Jagat v. State

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525 S.E.2d 388 (1999)

240 Ga. App. 822


No. A99A1364.

Court of Appeals of Georgia.

November 16, 1999.

*389 Sharon L. Hopkins, Lawrenceville, for appellant.

Daniel J. Porter, District Attorney, Annette S. Malena, Assistant District Attorney, for appellee.

BARNES, Judge.

Rajpaul Jagat appeals his convictions for one count of stalking (OCGA § 16-5-90) and two counts of aggravated stalking (OCGA § 16-5-91) of his ex-wife. Jagat contends that the State failed to prove beyond a reasonable doubt that he violated a pretrial release order and that the State also failed to prove beyond a reasonable doubt that he was near his ex-wife's house to harass or intimidate her. Jagat further contends the trial court erred by denying his motion for a new trial which was based on these allegations. We disagree and affirm.

Viewed in the light most favorable to the verdict, the evidence showed that in 1969 Jagat and the victim married in South America and that it was an arranged marriage. Within three weeks after their marriage, Jagat began beating and abusing the victim. In her trial testimony, the victim described numerous incidents of physical abuse and violence by Jagat during their 25-year marriage.

After enduring years of mistreatment, the victim sought a divorce, notwithstanding Jagat's threats to kill her if she ever left him. Although expressly prohibited from doing so by their divorce decree, Jagat continued to contact his ex-wife; he repeatedly came by her home and telephoned her at work. Further, even though the victim left the area for about a year, Jagat resumed the harassment when she returned.

After Jagat knocked on her car window as she was in her own driveway, the victim obtained a warrant for stalking. Jagat was arrested and when he was released, a special condition of his bond stated:

The defendant shall stay away, absolutely, directly or indirectly, by person, telephone, messenger or any other means of communication from [name of former spouse] hereinafter referred to as victim. That includes, but is not limited to, the victim's home, school, and place of business or routes of travel to or from those locations.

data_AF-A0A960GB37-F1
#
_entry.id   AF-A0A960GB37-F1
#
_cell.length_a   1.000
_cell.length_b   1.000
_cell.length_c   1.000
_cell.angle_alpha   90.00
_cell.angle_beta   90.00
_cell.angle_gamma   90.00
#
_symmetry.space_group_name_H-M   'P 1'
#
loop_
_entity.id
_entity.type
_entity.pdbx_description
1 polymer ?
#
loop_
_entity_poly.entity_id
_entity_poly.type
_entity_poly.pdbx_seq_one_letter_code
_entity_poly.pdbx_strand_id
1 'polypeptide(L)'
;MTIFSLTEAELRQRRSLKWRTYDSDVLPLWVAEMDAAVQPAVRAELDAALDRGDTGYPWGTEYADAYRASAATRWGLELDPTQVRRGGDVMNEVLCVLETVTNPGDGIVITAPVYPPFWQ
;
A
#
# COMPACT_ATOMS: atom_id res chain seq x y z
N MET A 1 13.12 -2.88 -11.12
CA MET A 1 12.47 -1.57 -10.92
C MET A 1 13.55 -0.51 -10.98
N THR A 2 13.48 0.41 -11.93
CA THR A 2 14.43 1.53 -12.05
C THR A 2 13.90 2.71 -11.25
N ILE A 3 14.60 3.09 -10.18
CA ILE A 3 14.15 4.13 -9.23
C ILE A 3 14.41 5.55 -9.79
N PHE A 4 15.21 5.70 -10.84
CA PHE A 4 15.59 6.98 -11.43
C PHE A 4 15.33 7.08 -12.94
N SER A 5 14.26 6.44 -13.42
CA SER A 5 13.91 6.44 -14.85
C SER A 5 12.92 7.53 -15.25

When Jagat returned to her house yet again, the victim called police, who then arrested Jagat outside her home.

Notwithstanding these two arrests and the conditions of the bond, Jagat continued to call the victim, visit her home and ring the doorbell or try to open the garage door. Often Jagat would drive by or sit in his vehicle and watch the house. The victim also testified that she was afraid of Jagat.

Although Jagat was again released on a bond with the same special conditions as stated above, Jagat was taken into custody near the victim's home when a police officer responded to a suspicious person call from a neighbor and arrested Jagat who was sitting in a parked car near his ex-wife's home. Jagat admitted to the officer that he had been to the house and peeked inside the garage looking for her car. As Jagat's enumerations of error concern only his conviction for this offense, his other convictions are not affected by this appeal.

1. The applicable essential elements of aggravated stalking are: (1) violation of a bond posted pursuant to OCGA § 17-6-110, (2) which prohibits following, placing under surveillance, or contacting another person, (3) without the consent of that person, and (4) for the purpose of harassing and intimidating that person. OCGA § 16-5-91(a). See Durant v. State, 222 Ga.App. 872, 873(1), 476 S.E.2d 641 (1996). The terms harassing or intimidating mean "`a knowing and willful course of conduct directed *390 at a specific person which causes emotional distress by placing such person in reasonable fear of death or bodily harm to ... herself ... and which serves no legitimate purpose.'" Id. at 873-874(1), 476 S.E.2d 641; see Johnson v. State, 264 Ga. 590, 591(1), 449 S.E.2d 94 (1994). Overt threats of bodily harm are not required. Fly v. State, 229 Ga.App. 374, 376(1), 494 S.E.2d 95 (1997).

The evidence presented was sufficient to prove that Jagat violated the terms of the release order, and that he did so intending to harass or intimidate the victim. Although the victim was unaware of Jagat's presence when he was arrested near her home, he admitted that earlier that day he was on her property looking in the garage windows. That evidence was sufficient to prove that he violated the release order and was also sufficient under Jackson v. Virginia, 443 U.S. 307, 99 S. Ct. 2781, 61 L. Ed. 2d 560 (1979), to sustain Jagat's conviction for aggravated stalking. See OCGA § 16-5-91(a).

2. The motion for new trial based upon the alleged insufficiency of the evidence was properly denied. Clay v. State, 214 Ga.App. 160, 161(1), 447 S.E.2d 156 (1994).

Judgment affirmed.

BLACKBURN, P.J., and ELLINGTON, J., concur.